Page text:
Stacey: I always knew I wanted to be a teacher. I have had some amazing teachers who have been mentors to me over the years. One of my goals as a math teacher is for my students to be confident in themselves and what we are learning, and also confident and comfortable enough to ask for or give help when needed.
Eddy: One thing the readers should know is that you’ve been in the news for something you started! It’s called Project L.I.N.C. What is it? (Note: You can check out the news story here: http://m.kwch.com/news/students-work-toward-solutions-for-clean-water-in-poor-countries/31205438?ver=7)
Stacey: Project LINC is a global collaborative project that includes 5 schools and 3 continents. Students in each of the schools worked together toward their common goal of providing clean water for our Skype friends in the Kibera Slum of Nairobi, Kenya. Andover Middle School 6th and 7th grade students set two goals for the project: 1) to provide clean water for two schools in Nairobi 2) to provide clean water for the students’ homes.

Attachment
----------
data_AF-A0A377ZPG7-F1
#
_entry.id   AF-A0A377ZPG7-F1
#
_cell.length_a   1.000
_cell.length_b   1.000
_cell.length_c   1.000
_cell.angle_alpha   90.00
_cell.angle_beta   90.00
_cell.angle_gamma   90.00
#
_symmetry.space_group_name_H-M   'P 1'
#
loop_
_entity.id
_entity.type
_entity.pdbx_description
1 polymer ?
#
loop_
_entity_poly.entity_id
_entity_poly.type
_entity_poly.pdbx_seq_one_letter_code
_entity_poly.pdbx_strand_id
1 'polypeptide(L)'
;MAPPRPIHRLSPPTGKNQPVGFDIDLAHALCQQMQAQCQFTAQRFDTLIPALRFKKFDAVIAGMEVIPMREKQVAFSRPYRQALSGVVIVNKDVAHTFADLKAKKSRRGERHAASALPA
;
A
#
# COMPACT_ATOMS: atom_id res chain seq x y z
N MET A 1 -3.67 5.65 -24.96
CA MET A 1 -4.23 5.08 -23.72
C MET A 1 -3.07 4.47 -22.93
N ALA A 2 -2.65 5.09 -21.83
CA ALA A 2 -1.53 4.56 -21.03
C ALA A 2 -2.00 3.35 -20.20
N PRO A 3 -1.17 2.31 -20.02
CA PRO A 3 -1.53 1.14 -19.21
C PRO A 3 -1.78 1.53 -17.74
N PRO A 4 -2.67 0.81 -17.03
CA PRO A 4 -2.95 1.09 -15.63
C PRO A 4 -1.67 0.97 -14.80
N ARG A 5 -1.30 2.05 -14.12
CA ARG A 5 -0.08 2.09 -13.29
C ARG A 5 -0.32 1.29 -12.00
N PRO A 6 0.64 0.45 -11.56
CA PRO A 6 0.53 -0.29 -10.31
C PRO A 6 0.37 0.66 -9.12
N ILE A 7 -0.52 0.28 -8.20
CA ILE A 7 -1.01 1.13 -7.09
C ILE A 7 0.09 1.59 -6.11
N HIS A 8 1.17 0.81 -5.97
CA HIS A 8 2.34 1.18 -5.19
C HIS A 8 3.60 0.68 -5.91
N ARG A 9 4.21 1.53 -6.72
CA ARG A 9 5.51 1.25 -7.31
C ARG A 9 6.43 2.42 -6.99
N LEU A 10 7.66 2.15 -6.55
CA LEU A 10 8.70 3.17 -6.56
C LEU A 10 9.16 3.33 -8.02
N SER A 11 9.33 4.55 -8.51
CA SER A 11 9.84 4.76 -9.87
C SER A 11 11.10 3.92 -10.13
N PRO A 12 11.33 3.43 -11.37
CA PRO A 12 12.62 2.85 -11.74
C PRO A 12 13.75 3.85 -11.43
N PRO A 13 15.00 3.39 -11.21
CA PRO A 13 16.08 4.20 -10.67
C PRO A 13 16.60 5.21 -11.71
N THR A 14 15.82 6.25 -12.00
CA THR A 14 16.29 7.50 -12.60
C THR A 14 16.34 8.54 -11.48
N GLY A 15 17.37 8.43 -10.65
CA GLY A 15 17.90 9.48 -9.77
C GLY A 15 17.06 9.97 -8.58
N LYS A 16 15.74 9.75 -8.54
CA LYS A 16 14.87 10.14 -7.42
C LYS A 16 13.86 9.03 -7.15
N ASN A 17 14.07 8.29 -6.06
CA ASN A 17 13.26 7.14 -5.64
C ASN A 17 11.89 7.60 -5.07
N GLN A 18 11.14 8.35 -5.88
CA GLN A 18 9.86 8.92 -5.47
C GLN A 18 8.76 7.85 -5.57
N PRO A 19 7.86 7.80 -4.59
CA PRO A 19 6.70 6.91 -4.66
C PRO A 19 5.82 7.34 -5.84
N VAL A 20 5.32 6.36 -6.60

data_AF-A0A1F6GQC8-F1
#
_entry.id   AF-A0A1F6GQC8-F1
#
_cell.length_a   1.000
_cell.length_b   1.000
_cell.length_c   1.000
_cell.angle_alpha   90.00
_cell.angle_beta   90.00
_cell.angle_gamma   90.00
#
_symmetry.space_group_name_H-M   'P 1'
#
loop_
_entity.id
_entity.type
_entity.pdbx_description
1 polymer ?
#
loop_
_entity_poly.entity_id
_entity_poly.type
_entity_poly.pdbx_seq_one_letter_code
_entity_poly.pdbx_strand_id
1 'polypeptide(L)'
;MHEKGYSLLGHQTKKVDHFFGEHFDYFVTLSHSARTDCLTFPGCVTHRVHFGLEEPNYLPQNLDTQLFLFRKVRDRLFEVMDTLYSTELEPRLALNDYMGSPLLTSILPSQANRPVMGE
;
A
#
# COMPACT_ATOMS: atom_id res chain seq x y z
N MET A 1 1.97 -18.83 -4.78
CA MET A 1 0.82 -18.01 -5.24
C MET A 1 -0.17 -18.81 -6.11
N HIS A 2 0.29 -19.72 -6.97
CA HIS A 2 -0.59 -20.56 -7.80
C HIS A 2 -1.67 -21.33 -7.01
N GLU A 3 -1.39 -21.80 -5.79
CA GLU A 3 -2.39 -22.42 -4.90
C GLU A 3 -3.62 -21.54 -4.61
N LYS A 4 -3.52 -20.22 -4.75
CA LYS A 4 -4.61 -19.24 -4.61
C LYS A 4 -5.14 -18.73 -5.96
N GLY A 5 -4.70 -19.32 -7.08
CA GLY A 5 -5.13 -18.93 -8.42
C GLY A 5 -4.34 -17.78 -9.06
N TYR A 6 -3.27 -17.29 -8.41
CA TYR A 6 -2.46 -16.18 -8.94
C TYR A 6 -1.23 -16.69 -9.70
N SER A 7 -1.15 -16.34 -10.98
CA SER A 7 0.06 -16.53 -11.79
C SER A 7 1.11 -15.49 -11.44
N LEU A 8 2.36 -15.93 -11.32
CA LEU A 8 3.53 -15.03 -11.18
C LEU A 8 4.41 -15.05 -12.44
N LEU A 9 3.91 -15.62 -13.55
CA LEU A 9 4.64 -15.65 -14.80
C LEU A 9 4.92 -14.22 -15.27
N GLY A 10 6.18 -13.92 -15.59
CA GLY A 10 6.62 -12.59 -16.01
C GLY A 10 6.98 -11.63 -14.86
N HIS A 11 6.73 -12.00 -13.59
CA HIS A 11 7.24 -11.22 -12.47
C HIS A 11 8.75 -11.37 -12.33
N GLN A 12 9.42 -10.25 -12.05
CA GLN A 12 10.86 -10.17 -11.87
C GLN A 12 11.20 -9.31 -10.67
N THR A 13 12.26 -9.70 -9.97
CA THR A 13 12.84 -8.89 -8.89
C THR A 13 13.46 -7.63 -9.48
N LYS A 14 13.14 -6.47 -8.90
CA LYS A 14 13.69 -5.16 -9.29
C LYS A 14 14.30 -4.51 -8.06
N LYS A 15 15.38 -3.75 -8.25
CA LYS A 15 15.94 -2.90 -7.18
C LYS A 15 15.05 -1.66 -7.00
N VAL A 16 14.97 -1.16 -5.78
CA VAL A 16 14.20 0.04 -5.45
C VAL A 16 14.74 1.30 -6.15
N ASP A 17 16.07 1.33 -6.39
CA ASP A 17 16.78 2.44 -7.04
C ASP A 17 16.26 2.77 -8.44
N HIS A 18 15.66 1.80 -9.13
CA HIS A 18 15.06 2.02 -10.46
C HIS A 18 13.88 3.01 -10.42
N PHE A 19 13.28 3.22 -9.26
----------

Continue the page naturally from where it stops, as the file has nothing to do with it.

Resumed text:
By working together students were able to accomplish these goals! To date, both schools now have clean water as a result of a partnership with LifeStraw water filters manufactured by Vestergaard, who donated 7 Community LifeStraws for a total of 525 children. Students in Andover, Pennsylvania, and Greece raised enough money for the installation of 333 Family Life Straws for the students’homes, many of which were delivered in May and students in all of the schools were able witness during a group Skype call. Students are continuing to raise funding for additional homes through the sale of a fairy tale written and published by our partner school in Greece.
As a result of this project, students were able to apply what they were learning in their classes to find solutions to a real-world problem; they also learned the power of using collaboration and one united voice to bring positive change to the world.